Sign up for our complimentary
weekly e-journal

Main Newsletter
Mastery Series
Therapy Series
 
Bookmark and Share | Print Article | Items for the Week Previous | All Articles This Week | Next
This article originally posted 08 February, 2012 and appeared in  Women's HealthIssue 612

50GM Glucose Challenge Test an Acceptable Screen for Gestational Diabetes

The 50-g glucose challenge test is an "acceptable" screening test for GDM but it can't replace the OGTT....

Advertisement

GDM affects between 2% and 9% of pregnant women in Western countries and is often asymptomatic. Research has shown that treating GDM with diet or insulin improves both perinatal and maternal outcomes, making detection important. Yet the best way to identify women with GDM is unclear.

In their report, Dr. Marsha van Leeuwen from Academic Medical Center, Amsterdam and colleagues say that while the 50-g glucose challenge test is not recommended in the majority of national guidelines, "it could be a useful test in the diagnostic work up of GDM."

In a systematic review and meta-analysis, they evaluated it as a first-step screening test for GDM and as a replacement for the OGTT, the current diagnostic test.

Altogether they looked at 26 relevant studies (in 13,564 women) that compared the 50-g glucose challenge test to the OGTT before 32 weeks gestation. The reference standard was the 75-g OGTT in six studies and the 100-g OGTT in the other 20 papers.

In studies of women with risk factors for GDM, such as a prior affected pregnancy, the 50-g glucose challenge test had a pooled sensitivity of 0.74 and a pooled specificity of 0.77 (for a threshold value of 7.8 mmol/L). The test had "modest" accuracy for GDM, with positive and negative likelihood ratios of 3.2 and 0.34, respectively, the researchers say.

Results were similar in studies that consecutively recruited participants, with sensitivity, specificity and positive and negative predictive likelihood ratios of 0.74, 0.85, 4.9 and 0.31, respectively.

The researchers found that increasing the threshold for disease (OGTT result) increased the sensitivity of the challenge test and decreased the specificity.

Dr. van Leeuwen and colleagues say that while higher detection rates "would be preferable," the 74% detection rate of the 50-g glucose challenge test "might be acceptable if used a screening test."

They emphasize, however, that to use the 50-g glucose challenge test as a definite diagnostic test for GDM, in place of the OGTT, "higher accuracy measures are warranted."

On the other hand, they say clinicians could consider a one-step method, using the OGTT for screening for example in selected women, such as those with risk factors for GDM. This could be less burdensome for patients, and more cost-effective than a two-step method in which a glucose loading test might be performed twice.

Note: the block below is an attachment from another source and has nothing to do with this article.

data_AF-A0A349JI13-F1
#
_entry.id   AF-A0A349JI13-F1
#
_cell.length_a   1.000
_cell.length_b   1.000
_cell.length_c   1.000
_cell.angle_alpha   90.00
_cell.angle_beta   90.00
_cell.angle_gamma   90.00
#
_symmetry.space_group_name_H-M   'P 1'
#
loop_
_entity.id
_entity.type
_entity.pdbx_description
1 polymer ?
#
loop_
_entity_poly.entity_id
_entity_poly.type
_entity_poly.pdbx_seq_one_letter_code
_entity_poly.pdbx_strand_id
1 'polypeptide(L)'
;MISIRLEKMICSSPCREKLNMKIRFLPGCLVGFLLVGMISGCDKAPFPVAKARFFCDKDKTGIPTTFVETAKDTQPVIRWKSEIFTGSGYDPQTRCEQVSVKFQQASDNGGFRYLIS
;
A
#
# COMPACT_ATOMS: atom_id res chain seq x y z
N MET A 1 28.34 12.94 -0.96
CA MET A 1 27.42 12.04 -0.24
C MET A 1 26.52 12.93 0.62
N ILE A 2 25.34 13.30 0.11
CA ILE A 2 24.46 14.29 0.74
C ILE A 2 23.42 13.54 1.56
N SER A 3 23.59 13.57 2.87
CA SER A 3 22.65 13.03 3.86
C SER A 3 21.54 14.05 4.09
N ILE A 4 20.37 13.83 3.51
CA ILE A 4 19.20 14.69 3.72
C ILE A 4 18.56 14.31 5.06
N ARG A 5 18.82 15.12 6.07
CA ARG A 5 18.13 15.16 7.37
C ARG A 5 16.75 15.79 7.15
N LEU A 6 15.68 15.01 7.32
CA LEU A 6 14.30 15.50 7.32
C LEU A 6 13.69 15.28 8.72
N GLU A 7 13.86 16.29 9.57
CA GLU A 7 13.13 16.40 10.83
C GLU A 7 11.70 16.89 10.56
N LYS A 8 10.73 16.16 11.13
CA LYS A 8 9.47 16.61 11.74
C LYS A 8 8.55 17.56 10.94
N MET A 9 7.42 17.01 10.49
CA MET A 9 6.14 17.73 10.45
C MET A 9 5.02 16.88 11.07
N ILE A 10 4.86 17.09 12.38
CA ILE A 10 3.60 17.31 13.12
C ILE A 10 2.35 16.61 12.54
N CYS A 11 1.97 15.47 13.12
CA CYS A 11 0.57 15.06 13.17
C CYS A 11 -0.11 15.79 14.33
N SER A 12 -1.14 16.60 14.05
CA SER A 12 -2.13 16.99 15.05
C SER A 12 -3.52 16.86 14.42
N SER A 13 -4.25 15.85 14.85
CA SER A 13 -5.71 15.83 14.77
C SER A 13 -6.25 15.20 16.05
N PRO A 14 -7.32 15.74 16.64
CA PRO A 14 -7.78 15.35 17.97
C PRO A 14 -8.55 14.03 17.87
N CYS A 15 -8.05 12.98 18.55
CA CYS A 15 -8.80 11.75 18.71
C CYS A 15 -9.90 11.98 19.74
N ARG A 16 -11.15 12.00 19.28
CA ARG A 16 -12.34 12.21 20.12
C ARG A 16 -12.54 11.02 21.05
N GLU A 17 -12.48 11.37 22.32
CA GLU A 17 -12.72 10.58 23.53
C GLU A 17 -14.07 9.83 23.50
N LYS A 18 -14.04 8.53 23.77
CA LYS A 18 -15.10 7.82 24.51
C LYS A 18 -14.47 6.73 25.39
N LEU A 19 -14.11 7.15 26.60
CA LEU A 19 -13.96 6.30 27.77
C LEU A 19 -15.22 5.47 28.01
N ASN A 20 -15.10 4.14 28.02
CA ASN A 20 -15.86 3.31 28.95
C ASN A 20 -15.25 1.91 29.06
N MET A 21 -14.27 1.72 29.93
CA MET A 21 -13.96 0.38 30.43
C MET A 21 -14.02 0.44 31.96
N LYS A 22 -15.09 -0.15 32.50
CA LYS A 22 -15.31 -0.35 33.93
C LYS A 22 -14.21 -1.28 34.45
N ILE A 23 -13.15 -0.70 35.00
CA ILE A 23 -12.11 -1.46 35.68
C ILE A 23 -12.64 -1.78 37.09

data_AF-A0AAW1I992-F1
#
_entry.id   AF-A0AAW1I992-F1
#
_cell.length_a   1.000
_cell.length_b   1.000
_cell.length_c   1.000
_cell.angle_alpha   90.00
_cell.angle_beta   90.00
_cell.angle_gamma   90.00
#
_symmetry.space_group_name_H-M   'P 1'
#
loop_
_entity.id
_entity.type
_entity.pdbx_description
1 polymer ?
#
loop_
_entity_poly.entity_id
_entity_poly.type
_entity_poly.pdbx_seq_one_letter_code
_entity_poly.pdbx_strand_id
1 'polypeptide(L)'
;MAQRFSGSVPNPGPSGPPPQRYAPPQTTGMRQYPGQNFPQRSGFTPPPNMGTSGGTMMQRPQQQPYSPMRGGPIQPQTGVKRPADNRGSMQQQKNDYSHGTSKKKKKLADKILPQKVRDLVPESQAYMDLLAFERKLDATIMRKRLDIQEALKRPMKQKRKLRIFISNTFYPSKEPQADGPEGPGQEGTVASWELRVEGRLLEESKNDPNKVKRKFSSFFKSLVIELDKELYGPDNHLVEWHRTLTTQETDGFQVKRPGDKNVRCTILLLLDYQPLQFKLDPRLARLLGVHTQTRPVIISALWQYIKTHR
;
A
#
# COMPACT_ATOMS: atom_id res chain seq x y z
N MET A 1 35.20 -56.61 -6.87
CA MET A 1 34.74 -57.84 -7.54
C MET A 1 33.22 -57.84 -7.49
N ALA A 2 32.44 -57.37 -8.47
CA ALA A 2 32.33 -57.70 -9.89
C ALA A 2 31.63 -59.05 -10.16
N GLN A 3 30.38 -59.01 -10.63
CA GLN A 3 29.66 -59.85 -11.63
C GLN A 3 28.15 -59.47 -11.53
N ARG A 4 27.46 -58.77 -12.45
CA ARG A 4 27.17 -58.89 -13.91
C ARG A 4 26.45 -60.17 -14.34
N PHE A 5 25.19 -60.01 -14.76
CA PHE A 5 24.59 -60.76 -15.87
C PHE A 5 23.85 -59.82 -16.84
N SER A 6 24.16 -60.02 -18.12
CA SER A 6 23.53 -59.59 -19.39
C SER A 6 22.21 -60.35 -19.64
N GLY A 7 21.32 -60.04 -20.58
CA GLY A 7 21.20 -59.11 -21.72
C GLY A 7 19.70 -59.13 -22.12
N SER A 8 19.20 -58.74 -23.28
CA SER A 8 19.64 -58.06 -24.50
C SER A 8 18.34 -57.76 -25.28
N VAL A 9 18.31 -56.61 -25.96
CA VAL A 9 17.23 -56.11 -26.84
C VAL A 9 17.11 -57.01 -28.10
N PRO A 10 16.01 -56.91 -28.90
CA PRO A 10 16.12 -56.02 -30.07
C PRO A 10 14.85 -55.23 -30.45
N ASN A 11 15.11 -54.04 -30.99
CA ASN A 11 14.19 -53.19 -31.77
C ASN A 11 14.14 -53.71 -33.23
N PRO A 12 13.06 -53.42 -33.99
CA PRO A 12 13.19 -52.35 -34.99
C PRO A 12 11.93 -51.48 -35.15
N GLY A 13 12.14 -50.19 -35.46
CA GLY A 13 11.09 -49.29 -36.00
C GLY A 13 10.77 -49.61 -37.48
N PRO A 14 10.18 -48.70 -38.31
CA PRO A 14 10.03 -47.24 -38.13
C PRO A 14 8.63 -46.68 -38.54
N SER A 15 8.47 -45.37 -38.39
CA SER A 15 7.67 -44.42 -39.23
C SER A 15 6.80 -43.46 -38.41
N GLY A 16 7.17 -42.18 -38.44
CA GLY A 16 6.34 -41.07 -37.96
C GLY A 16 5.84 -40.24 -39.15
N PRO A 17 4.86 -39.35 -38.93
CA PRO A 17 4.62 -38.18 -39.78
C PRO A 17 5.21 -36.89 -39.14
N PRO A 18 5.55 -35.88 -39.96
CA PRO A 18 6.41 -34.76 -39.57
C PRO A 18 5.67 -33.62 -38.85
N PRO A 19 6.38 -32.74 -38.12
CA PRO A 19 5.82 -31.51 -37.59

Online January 20 in the British Journal of Obstetrics and Gynecology (BJOG)

Advertisement


 

Bookmark and Share | Print | Category | Home

This article originally posted 08 February, 2012 and appeared in  Women's HealthIssue 612

Past five issues: Issue 747 | Diabetes Clinical Mastery Series Issue 206 | SGLT-2 Inhibitors Special Edition September 2014 | Issue 746 | Diabetes Clinical Mastery Series Issue 205 |

2014 Most Popular Articles:

Abbott Announces Approval of Its New Unique Continuous Glucose Monitor
Posted September 05, 2014
Diabetic Neuropathy Improved with Vegan Diet
Posted August 22, 2014
Low Carb Beats Low Fat
Posted September 05, 2014
CDC: 40% of American Adults Will Develop Diabetes
Posted August 22, 2014
Empagliflozin (Jardiance) SGLT-2 Inhibitor Now Available in Pharmacies
Posted August 29, 2014
Lilly's Basal Insulin Peglispro Demonstrated HbA1c Superiority against Lantus
Posted September 05, 2014
Pistachios Associated with an Improved Metabolic Risk Profile in Prediabetes
Posted August 29, 2014
New Ultra-Rapid-Acting Insulin Formulation
Posted August 22, 2014
FDA Approves J&J's Invokamet Combo (SGLT-2 + Metformin)
Posted August 15, 2014
Sensor Implant Measures Blood pH in Type 1 Diabetes
Posted August 29, 2014


Browse by Feature Writer & Article Category.
A. Lee Dellon, MD | Aaron I. Vinik, MD, PhD, FCP, MACP | Beverly Price | Charles W Martin, DD | Derek Lowe, PhD | Dr. Bernstein | Dr. Brian Jakes, Jr. | Dr. Fred Pescatore | Dr. Tom Burke, Ph.D | Eric S. Freedland | Evan D. Rosen | Ginger Kanzer-Lewis | Greg Milliger | Kristina Sandstedt | Laura Plunkett | Leonard Lipson, M.A. | Louis H. Philipson | Maria Emanuel Ryan, DDS, PhD | Marilyn Porter, RD, CDE | Melissa Diane Smith | Michael R. Cohen, RPh, MS, ScD, FASHP | Paul Chous, M.A., OD | Philip A. Wood PhD | R. Keith Campbell, Professor, B.Pharm, MBA, CDE | Sheri R. Colberg PhD | Sherri Shafer | Stanley Schwartz, MD, FACP, FACE | Steve Pohlit | Steven V. Edelman, M.D. | Timothy S. Hollingshead |

Cast Your Vote
Now that once-weekly dulaglutide has been approved, will you be prescribing it?
CME/CE of the Week
Presented by CardioCareLive
Category: Cardiology



Search Articles On Diabetes In Control